In the rugged Conondale Range, this park features luxuriant rainforests, tall eucalypt forests, waterfalls, boulder-strewn creeks and spectacular scenery.
The diverse forests provide homes for a wonderful variety of wildlife including more than 120 species of birds and many mammals. The threatened but seldom-seen yellow-bellied glider lives in the open forest. Some rare and threatened species are found in the Conondale and Blackall ranges, including the cascade treefrog and plumed frogmouth.
The 56km Conondale Range Great Walk showcases the very best of Conondale National Park's natural features. A sculpture by internationally renowned artist Andy Goldsworthy is within a half day walk on this track and compliments the stunning beauty of its environment.
Mount Allan fire tower, at 9.6m high, provides a panoramic view of the rugged mountain ranges, and interpretive signs give an insight into past forestry fire and plantation management.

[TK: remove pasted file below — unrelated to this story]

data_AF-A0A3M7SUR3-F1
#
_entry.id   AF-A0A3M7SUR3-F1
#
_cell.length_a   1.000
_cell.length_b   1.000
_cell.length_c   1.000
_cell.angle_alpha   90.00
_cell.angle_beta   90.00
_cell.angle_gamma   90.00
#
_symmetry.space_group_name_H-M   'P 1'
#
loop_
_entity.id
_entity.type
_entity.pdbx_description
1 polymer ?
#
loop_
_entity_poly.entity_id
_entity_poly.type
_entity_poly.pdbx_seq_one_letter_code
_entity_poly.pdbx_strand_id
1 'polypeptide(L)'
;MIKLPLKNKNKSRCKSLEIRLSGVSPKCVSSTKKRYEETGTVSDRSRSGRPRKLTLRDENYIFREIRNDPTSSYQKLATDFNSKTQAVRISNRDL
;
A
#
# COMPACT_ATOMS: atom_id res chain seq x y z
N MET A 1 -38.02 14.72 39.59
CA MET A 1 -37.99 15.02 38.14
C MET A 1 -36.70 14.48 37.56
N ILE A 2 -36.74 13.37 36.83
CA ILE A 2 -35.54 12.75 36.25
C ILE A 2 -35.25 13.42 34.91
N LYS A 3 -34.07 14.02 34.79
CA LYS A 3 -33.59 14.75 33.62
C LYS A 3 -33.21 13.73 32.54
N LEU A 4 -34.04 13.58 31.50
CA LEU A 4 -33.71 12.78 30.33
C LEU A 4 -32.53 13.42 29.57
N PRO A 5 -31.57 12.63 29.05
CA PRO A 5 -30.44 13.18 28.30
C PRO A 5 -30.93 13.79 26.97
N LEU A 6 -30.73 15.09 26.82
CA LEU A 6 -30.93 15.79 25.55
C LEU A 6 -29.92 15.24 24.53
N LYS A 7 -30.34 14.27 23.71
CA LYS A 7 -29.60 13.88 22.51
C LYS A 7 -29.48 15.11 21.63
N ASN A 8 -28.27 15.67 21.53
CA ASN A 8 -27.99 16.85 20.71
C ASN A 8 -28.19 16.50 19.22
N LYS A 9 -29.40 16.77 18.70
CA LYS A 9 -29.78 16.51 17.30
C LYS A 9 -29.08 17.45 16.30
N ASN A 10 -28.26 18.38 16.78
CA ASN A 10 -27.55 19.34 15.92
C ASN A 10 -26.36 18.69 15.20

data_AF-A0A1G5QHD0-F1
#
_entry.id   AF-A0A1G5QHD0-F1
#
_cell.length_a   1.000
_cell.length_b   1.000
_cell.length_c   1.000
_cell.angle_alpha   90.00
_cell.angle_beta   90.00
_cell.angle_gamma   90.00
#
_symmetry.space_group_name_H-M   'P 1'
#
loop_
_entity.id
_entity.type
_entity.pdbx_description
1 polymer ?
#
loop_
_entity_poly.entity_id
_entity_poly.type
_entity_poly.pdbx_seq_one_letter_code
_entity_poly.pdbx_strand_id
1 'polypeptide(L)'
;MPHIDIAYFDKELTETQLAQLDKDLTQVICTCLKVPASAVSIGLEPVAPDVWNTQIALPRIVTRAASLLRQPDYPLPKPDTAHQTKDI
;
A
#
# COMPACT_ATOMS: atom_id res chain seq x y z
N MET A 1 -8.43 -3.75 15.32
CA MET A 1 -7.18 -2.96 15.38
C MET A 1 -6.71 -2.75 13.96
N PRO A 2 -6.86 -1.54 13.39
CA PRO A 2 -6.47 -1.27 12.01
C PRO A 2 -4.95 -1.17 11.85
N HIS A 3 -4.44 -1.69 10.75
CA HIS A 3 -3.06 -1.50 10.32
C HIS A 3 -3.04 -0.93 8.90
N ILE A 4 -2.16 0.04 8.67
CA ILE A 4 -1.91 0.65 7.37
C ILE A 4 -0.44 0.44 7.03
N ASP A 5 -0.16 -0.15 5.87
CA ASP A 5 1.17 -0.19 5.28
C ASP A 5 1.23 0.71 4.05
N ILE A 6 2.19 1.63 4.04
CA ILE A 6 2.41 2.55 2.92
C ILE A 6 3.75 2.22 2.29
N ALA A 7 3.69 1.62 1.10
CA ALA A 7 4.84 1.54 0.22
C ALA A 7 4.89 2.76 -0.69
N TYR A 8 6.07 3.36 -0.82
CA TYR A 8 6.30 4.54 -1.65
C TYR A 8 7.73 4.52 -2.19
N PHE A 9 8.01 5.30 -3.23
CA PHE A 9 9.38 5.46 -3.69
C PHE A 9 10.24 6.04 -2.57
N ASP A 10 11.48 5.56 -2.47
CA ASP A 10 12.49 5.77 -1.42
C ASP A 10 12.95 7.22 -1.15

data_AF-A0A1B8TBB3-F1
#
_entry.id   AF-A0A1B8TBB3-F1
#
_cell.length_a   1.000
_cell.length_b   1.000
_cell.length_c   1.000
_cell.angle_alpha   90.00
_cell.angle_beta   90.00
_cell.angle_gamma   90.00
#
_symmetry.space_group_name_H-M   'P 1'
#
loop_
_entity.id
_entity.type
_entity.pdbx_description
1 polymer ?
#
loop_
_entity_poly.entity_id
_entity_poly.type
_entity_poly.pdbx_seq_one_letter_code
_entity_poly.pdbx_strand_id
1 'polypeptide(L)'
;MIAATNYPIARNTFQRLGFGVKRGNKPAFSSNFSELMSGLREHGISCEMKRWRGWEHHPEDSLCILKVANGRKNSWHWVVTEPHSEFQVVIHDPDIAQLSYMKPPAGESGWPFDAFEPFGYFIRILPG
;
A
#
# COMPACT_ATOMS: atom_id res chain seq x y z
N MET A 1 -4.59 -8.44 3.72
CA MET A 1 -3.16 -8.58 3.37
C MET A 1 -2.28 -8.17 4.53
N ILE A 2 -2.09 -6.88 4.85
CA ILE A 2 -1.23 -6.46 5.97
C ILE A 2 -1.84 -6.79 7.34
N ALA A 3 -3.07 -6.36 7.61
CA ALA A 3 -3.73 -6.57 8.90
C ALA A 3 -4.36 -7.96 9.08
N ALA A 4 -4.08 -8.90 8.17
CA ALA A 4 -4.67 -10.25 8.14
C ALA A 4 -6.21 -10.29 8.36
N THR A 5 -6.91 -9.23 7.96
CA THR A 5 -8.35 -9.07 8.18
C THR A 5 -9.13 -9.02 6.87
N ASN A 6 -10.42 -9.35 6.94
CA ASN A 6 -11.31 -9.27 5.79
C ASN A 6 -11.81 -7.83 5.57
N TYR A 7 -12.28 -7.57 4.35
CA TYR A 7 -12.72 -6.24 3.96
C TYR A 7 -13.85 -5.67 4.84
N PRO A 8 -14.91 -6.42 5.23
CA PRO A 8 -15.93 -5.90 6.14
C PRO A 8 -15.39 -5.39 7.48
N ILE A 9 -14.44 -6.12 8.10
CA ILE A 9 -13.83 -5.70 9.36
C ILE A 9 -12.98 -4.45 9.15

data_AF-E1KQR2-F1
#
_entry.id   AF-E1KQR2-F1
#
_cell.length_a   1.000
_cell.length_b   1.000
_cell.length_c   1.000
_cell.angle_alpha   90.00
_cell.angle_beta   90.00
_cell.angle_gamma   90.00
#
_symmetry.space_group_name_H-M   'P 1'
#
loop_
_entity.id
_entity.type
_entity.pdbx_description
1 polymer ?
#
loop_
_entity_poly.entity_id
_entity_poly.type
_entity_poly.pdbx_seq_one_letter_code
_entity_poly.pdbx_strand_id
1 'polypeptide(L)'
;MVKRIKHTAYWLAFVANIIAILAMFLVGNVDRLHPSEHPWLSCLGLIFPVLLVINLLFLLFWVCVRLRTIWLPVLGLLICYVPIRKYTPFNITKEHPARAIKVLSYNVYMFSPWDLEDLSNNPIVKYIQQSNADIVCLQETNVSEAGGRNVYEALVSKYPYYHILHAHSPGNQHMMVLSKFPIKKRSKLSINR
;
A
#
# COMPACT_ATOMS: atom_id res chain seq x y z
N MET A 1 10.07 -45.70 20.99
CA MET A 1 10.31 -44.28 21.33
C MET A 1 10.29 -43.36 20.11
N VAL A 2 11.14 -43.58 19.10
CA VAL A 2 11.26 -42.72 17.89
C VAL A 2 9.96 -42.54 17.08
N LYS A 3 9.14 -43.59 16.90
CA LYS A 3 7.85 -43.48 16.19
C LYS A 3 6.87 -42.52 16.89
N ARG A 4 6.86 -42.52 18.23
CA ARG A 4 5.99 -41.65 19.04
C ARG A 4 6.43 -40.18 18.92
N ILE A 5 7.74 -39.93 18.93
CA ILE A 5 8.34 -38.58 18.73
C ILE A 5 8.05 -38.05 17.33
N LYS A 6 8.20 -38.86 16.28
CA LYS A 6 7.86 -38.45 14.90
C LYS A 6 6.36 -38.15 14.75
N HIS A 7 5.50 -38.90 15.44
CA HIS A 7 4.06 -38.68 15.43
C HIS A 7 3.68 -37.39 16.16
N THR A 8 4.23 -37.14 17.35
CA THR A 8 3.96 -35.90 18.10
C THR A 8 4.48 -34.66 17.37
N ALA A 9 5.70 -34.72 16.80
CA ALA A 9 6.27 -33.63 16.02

At the junction of Peters and Booloumba Creeks, scenic Booloumba Gorge features a lookout over cascades, falls, rock pools and The Breadknife rock formation.
Help protect our natural resources by practising minimal impact recreation. Take all your rubbish out of the park. Remove excess food packaging at home before your visit to the forest, and pack strong sealable bags or containers to store food and rubbish.
Creeks near camping and picnic areas feed into to the Mary River and on to domestic water supplies for Sunshine Coast, Gympie and Maryborough. Please keep them clean.
See Caring for parks and forests for more information about protecting our environment and heritage in parks.
The Queensland Parks and Wildlife Service manages this park under the Nature Conservation Act 1992.
For more about Managing parks and forests.
Kenilworth Information Centre
9 Elizabeth Street, Kenilworth Q 4574
ph (07) 5446 0122
Kilcoy Information Centre
41 Hope Street, Yowie Park, Kilcoy QLD 4515
ph (07) 5422 0440
For tourism information for all regions in Queensland see Queensland Holidays.
- Mt Allan fire tower closed to climbing 5 July 2021 to 5 January 2022
- Reduced camper numbers due to low creek levels and poor water quality. 8 October to 25 December 2021